Lingerie dresses are those pretty frilly dresses that make the iconic Edwardian look with their lace inserts and pale colours. However, they first appeared in the 1890s. For a long time, I have wanted to make my own but sourcing that much lace was a problem. This kind of dress can use hundreds of euros worth of cotton lace which is way out of my budget. Then I had a stroke of luck and I found huge rolls of lace at the local Recycling centre. These rolls had hundreds of metres, some several kilometres worth of lace and they only cost about 15 to 20 euros each. Admittedly the lace was not cotton but I was ready to compromise to get the dress I wanted.
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Materials and the pattern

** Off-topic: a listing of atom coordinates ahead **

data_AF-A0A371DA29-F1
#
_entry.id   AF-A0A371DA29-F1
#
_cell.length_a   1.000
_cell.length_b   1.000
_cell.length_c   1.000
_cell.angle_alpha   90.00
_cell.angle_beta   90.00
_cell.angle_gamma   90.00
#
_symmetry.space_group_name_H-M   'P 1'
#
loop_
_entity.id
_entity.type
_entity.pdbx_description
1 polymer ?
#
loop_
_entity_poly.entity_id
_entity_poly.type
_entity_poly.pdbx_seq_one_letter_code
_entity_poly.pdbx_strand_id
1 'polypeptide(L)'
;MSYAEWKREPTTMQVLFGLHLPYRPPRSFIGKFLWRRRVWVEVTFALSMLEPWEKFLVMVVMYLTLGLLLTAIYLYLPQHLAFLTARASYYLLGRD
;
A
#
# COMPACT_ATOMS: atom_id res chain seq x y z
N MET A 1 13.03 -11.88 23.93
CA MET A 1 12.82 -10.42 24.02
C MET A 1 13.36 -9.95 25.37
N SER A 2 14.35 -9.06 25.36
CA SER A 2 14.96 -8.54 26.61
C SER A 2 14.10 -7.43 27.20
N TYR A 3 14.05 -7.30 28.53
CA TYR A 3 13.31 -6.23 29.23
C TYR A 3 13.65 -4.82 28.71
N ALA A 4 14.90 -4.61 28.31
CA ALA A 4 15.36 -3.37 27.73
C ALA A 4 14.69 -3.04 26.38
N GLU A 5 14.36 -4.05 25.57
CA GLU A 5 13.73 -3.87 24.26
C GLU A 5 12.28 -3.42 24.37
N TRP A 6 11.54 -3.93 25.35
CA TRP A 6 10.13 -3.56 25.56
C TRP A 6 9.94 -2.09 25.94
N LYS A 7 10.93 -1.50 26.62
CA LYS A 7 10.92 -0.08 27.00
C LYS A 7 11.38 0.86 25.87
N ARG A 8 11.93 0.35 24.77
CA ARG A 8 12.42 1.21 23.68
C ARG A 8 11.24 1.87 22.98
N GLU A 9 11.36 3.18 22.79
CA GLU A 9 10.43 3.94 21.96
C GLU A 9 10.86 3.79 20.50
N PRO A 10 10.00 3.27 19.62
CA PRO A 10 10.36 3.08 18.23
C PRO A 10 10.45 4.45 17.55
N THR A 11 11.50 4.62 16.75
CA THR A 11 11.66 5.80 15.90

Ikea has been selling these white cotton Matilda curtains with a nice stripe pattern for some years now. I had bought a pair of these curtains for dressmaking purposes some time ago and I also found some more of these from flea markets. I thus had plenty of fabric available.
For the pattern, I used the Black Snail Patterns Fan Skirt that I have used before when I made this cotton skirt. I lengthened the hem at the back to create a train and split the front piece in half to create a pretty v-shape with the stripes on my fabric.
For the bodice, I used the Laughing Moon Mercantile Ladies’ 1890s waists pattern. This pattern is very handy as a base for many different kinds of 1890s bodices and I love it.
Designing on the go
Playing with the lace
I cut all the skirt pieces first and then started designing the placement of the lace. The stripes were a very good help for this.